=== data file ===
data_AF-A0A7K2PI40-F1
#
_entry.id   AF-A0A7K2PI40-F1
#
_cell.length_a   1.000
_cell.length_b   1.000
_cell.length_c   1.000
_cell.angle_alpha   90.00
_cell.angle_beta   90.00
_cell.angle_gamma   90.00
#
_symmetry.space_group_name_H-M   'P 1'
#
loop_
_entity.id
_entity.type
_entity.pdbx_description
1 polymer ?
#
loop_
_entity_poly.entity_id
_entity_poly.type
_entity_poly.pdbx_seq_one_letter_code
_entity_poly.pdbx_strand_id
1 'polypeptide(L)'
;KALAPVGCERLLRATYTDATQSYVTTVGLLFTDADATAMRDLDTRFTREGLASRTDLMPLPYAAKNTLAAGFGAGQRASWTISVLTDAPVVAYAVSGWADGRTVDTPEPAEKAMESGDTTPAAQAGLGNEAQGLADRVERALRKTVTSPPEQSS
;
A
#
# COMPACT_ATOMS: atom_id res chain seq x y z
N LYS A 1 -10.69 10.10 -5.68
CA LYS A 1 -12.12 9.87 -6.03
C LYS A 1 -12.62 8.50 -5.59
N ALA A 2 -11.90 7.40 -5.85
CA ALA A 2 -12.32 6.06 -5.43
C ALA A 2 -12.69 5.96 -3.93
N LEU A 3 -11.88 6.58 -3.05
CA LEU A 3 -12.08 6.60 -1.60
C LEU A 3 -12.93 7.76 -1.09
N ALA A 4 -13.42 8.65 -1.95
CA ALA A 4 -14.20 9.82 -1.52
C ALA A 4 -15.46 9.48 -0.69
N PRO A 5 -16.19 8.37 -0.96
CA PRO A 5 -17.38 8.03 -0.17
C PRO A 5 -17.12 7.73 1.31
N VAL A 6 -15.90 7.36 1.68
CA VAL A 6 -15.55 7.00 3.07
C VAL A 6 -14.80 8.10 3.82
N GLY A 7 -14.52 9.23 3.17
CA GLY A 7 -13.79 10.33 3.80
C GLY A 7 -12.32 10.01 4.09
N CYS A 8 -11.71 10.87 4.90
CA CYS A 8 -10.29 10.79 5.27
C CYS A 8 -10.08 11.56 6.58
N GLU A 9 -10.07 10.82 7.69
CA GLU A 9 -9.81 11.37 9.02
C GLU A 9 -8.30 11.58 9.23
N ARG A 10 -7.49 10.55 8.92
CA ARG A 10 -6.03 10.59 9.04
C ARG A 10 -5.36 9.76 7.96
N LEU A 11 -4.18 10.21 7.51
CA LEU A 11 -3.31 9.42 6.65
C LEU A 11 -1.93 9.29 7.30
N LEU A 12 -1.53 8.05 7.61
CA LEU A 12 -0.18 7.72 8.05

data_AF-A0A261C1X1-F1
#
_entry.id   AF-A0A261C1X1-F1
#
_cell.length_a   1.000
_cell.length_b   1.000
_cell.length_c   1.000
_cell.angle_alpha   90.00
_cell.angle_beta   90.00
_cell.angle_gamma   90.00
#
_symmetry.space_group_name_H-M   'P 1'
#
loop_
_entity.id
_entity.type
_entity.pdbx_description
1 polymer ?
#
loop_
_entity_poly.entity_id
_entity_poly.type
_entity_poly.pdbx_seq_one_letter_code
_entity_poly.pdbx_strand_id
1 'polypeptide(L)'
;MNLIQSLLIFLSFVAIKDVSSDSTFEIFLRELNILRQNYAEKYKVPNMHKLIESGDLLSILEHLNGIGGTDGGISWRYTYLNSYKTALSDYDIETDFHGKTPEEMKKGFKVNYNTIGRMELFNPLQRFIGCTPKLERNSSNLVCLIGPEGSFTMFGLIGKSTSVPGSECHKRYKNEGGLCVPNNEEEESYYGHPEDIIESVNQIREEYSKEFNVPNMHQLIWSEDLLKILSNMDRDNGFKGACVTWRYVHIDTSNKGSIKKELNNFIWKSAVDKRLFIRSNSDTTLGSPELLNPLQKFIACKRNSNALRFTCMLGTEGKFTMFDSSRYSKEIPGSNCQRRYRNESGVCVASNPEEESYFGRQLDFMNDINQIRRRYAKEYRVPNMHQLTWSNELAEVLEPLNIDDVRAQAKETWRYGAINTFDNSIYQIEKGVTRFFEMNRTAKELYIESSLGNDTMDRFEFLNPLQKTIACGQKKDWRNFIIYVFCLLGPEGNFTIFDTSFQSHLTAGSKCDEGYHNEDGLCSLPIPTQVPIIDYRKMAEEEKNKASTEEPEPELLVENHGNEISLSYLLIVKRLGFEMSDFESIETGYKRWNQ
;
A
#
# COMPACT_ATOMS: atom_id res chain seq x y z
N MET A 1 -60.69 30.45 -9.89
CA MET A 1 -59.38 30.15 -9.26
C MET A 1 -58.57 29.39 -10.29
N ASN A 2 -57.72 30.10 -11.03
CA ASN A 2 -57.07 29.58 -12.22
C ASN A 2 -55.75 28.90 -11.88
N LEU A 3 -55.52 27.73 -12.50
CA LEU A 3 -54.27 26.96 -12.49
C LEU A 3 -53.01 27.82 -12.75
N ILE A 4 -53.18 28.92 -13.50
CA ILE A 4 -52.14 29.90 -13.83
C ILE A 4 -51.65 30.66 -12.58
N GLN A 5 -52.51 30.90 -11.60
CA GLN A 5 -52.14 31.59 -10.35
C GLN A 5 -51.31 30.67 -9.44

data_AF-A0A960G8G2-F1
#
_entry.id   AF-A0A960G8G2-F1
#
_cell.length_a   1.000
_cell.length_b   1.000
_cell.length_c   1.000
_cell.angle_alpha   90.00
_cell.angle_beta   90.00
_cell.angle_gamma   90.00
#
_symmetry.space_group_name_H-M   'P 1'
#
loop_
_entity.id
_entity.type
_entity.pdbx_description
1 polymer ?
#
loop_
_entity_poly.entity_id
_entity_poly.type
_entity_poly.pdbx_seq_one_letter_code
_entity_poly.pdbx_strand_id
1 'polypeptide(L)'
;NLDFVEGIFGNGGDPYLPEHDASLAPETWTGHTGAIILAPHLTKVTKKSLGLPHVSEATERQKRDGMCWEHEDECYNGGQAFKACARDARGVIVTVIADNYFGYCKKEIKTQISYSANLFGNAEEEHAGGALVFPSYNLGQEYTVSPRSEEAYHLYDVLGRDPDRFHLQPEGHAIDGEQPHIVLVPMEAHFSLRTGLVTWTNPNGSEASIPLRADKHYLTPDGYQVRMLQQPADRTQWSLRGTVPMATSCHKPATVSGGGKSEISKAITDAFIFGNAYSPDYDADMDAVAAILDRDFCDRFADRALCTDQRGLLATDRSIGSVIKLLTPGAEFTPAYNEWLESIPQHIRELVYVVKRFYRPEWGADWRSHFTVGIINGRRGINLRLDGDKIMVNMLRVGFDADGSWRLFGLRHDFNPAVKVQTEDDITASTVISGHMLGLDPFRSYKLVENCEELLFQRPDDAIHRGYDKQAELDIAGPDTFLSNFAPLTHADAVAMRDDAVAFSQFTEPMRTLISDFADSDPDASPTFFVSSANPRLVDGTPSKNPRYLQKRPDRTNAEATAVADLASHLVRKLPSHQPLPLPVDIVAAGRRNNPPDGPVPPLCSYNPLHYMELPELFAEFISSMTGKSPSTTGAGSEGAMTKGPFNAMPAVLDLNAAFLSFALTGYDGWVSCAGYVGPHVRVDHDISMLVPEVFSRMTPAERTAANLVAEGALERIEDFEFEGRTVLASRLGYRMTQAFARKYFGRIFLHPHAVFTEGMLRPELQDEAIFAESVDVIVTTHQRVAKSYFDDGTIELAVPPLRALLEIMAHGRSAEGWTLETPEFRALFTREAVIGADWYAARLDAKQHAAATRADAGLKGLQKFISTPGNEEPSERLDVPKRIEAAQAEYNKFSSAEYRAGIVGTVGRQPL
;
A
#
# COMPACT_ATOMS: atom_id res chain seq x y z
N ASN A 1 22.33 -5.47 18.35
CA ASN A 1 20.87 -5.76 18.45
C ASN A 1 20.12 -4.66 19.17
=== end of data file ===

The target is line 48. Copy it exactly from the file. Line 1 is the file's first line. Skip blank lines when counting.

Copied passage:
C VAL A 6 -14.80 8.10 3.82